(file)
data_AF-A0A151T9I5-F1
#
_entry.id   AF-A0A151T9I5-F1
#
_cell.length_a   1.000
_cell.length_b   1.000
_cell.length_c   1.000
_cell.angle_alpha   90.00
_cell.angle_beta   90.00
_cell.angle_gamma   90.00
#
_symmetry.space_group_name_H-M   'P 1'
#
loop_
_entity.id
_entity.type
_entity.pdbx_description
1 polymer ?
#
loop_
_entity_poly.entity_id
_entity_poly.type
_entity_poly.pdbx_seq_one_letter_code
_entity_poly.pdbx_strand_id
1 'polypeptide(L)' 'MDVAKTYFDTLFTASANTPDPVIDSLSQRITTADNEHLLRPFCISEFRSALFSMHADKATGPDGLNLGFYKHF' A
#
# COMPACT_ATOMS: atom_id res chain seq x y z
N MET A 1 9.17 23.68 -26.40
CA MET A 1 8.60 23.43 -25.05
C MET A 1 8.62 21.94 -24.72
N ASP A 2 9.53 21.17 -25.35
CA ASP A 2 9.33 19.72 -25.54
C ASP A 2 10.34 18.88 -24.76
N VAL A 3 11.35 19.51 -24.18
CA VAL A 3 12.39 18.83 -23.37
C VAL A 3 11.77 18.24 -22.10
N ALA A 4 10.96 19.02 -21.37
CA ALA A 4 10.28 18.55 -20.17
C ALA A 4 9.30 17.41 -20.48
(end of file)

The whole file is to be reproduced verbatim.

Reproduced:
data_AF-A0A151T9I5-F1
#
_entry.id   AF-A0A151T9I5-F1
#
_cell.length_a   1.000
_cell.length_b   1.000
_cell.length_c   1.000
_cell.angle_alpha   90.00
_cell.angle_beta   90.00
_cell.angle_gamma   90.00
#
_symmetry.space_group_name_H-M   'P 1'
#
loop_
_entity.id
_entity.type
_entity.pdbx_description
1 polymer ?
#
loop_
_entity_poly.entity_id
_entity_poly.type
_entity_poly.pdbx_seq_one_letter_code
_entity_poly.pdbx_strand_id
1 'polypeptide(L)' 'MDVAKTYFDTLFTASANTPDPVIDSLSQRITTADNEHLLRPFCISEFRSALFSMHADKATGPDGLNLGFYKHF' A
#
# COMPACT_ATOMS: atom_id res chain seq x y z
N MET A 1 9.17 23.68 -26.40
CA MET A 1 8.60 23.43 -25.05
C MET A 1 8.62 21.94 -24.72
N ASP A 2 9.53 21.17 -25.35
CA ASP A 2 9.33 19.72 -25.54
C ASP A 2 10.34 18.88 -24.76
N VAL A 3 11.35 19.51 -24.18
CA VAL A 3 12.39 18.83 -23.37
C VAL A 3 11.77 18.24 -22.10
N ALA A 4 10.96 19.02 -21.37
CA ALA A 4 10.28 18.55 -20.17
C ALA A 4 9.30 17.41 -20.48